This type of issue can also occur after dyeing your hair. Hair that’s been dyed usually needs extra care and moisturizing products to stay healthy. Bleaching is particularly likely to make your hair break off or fall out, especially if those harsh bleaching products were left on for too long.

Changes to your diet can also result in hair loss. There’s nothing wrong with following a particular diet, but regardless of whether it’s vegan or keto, it can be hard to get all your nutrients when you start creating new meal plans. Certain nutrient deficiencies can lead to problems with your hair’s health and may ultimately be related to your hair loss. 

Fixing this type of hair loss usually means taking better care of your hair. This can range from taking a nutrient supplement to simply using moisturizing hair care products if you plan on dying or using heat on your hair.

Medications and illnesses

Most people are familiar with hair loss due to certain diseases, like cancer. Hair isn’t actually lost because of the cancer, but because of the chemotherapy treatment. Other drugs and medical treatments are also capable of causing hair to fall out. Fortunately, in most cases, it’s often possible to simply switch to a different medication that doesn’t cause this side effect.

The Journal of Drugs in Dermatology study says that other illnesses can also affect your hair’s health. Fevers, thyroid disease, contact dermatitis, and other issues that can increase scalp inflammation may also lead to hair falling out. Hair loss due to these conditions will typically go away after the root cause of the problem has been treated.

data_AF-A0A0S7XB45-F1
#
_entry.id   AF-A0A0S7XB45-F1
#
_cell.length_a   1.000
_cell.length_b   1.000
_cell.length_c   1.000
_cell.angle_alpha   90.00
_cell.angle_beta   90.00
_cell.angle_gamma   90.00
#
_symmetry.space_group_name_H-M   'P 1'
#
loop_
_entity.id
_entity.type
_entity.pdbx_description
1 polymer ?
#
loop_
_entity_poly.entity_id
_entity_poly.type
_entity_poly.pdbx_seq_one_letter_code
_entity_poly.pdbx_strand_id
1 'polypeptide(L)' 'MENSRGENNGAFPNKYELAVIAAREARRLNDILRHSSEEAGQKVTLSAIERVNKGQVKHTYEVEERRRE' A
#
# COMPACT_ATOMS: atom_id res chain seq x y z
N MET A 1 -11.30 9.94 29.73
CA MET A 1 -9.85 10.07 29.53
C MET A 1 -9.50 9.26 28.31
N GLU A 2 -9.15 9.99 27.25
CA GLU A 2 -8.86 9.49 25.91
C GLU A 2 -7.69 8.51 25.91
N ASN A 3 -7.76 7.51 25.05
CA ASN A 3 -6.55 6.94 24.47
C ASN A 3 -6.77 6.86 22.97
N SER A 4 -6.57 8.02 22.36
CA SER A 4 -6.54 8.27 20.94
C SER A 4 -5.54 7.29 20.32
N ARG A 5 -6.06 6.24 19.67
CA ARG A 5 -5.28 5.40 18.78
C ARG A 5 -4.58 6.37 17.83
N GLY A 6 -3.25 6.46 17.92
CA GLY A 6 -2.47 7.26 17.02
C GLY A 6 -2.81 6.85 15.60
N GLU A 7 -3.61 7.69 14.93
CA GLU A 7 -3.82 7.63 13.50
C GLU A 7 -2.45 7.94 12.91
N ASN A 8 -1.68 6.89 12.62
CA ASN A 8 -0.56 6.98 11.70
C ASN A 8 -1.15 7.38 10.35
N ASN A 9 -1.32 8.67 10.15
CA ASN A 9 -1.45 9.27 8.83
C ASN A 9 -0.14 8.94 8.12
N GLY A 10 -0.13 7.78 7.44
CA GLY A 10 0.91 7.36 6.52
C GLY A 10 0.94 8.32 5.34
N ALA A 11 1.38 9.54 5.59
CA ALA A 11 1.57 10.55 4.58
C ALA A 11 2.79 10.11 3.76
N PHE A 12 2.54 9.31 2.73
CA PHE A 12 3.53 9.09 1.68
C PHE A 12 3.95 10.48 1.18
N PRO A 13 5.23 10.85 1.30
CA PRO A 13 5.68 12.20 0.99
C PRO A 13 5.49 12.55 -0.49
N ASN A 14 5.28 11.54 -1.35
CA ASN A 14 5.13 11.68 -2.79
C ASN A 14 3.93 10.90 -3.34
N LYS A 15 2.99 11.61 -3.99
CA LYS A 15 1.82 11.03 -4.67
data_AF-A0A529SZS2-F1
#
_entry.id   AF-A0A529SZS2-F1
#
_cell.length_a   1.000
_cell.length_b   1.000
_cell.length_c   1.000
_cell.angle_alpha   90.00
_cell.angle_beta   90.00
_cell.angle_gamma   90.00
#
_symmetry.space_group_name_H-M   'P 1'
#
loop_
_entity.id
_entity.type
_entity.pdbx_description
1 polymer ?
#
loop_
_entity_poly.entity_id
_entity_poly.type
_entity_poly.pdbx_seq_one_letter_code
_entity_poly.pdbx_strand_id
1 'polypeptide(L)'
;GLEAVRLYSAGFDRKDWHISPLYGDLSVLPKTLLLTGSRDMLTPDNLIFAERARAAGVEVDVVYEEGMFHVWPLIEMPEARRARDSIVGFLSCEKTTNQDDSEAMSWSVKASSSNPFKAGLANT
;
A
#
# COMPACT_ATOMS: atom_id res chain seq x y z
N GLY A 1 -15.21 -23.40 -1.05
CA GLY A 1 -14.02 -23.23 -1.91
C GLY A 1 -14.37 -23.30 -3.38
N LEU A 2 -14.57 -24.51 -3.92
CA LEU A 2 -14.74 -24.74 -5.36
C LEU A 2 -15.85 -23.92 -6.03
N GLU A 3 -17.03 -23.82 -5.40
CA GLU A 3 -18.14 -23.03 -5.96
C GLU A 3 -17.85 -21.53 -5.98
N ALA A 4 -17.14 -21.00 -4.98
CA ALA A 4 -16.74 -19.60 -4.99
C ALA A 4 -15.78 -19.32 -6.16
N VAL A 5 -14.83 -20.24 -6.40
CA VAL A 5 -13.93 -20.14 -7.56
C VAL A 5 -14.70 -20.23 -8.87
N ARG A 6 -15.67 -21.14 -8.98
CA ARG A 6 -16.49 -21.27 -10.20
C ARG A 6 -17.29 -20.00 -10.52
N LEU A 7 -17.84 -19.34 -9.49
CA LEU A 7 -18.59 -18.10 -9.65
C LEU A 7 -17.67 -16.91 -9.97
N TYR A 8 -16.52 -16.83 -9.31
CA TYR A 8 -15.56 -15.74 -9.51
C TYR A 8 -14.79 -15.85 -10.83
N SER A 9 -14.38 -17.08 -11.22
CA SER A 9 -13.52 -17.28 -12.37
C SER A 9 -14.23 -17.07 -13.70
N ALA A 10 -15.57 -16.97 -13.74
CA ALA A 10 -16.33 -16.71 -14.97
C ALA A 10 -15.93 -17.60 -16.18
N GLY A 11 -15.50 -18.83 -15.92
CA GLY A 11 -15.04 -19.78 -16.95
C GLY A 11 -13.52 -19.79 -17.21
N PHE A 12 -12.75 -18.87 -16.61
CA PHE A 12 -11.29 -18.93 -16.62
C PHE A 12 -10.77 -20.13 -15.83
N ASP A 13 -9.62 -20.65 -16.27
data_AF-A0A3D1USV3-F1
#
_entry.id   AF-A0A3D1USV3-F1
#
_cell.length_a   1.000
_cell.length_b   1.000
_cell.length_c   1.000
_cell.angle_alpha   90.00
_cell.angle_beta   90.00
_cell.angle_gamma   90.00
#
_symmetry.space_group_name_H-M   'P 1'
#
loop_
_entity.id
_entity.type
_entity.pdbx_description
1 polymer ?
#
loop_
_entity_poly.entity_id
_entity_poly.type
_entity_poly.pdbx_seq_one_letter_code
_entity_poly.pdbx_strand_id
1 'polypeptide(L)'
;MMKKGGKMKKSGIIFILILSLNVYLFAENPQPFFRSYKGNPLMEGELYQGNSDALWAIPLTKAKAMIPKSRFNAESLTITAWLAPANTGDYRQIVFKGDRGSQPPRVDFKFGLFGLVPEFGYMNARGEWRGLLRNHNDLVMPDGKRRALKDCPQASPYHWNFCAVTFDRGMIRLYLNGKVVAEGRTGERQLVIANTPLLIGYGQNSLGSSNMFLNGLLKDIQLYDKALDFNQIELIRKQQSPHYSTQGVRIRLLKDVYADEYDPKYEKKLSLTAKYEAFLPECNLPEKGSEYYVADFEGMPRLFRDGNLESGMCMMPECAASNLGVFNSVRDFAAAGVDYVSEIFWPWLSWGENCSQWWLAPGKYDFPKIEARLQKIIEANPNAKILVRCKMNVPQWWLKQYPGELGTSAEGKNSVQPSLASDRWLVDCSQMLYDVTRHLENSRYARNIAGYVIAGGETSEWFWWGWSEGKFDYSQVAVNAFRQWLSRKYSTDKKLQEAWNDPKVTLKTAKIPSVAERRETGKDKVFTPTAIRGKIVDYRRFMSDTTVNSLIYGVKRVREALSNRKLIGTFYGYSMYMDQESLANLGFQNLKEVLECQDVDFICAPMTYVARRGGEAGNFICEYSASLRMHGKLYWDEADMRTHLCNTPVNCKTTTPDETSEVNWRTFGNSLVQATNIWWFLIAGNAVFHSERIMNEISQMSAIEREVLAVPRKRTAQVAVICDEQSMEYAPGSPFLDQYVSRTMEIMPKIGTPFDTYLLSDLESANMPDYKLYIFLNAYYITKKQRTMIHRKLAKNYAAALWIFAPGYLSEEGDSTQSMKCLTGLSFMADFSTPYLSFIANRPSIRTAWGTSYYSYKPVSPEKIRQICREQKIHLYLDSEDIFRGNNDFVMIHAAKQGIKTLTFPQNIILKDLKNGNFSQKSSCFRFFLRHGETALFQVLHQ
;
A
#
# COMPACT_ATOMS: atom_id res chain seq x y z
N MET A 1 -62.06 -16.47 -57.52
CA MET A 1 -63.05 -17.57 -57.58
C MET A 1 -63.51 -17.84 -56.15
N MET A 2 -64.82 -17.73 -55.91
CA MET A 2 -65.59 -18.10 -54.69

Hair can start falling out for a variety of different reasons. In many cases, it can be due to a change in your diet or haircare routine. Hair loss can also be due to genetics, hormones, autoimmune responses, and even skin infections.

If you feel like you’re losing hair, chances are that you’re currently affected by the most common cause of hair loss: androgenic alopecia. This type of hair loss can be treated in a variety of different ways, including minoxidil, finasteride, and low-level laser therapy. These FDA-approved treatments can also be combined with other ways to improve hair health, like nutrient supplements and shampoos. Talk to your doctor to determine if you have androgenic alopecia and work out the best treatment option for you

This article is for informational purposes only and does not constitute medical advice. The information contained herein is not a substitute for and should never be relied upon for professional medical advice. Always talk to your doctor about the risks and benefits of any treatment.